Thursday, November 28, 2019

A China Trade Deal Just Finalizes the Divorce

Each party will continue to extract whatever benefits they can from the other, but the leaving is already well underway.
Beneath the euphoric hoopla of a trade deal with China is the cold reality that the divorce has already happened and any trade deal just signs the decree. The divorce of China and the U.S. was mutual; each had used up whatever benefits the tense marriage had offered, and each is looking forward to no longer being dependent on the other.
Any trade deal is like closing the barn door months after the horses left. Corporate America's supply chains are already leaving China for lower cost, friendlier countries, and for its part China has already made its intentions to escape the grip of the U.S. dollar abundantly clear.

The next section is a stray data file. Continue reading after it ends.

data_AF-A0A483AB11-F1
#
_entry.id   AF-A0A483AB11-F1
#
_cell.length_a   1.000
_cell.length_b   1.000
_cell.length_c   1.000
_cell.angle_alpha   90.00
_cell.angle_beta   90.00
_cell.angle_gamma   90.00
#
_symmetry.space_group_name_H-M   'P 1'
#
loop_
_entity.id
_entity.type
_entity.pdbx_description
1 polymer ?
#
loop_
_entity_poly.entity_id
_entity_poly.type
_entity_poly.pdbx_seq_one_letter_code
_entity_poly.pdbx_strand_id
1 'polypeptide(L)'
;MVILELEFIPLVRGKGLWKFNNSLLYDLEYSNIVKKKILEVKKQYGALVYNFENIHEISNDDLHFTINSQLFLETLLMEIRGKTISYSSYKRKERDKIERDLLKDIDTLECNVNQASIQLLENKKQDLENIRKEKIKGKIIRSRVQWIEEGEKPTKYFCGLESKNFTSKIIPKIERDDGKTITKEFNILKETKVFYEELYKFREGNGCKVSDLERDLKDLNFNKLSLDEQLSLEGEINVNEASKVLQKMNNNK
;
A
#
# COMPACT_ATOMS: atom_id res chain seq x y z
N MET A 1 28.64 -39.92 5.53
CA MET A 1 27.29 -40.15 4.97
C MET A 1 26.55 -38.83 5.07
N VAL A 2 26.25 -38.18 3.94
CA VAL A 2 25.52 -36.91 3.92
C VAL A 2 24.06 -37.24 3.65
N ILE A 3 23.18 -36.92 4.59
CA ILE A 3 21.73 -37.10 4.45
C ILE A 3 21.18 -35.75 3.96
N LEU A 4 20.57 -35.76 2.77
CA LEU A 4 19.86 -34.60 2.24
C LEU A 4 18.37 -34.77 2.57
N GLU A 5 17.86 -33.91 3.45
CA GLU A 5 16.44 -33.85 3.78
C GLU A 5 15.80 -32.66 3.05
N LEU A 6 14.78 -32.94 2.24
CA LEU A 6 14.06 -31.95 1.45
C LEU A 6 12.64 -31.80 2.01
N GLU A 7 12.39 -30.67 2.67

Indeed, China has clearly stated its plan to move up the value chain globally and rely more on its domestic consumers to fuel growth rather than exports, which have been weakening for some time (see chart below).
As for supply chains leaving China for good--have you examined the labels of consumer goods recently? What once invariably read "made in China" increasingly reads "made in..." The reasons are numerous:
1. China's labor costs are soaring. Many other countries have lower-cost labor forces.
2. The welcome mat for foreigners has been pulled away. If you need evidence, look at the swelling flood of ex-pats leaving China for good, an exodus that began years ago.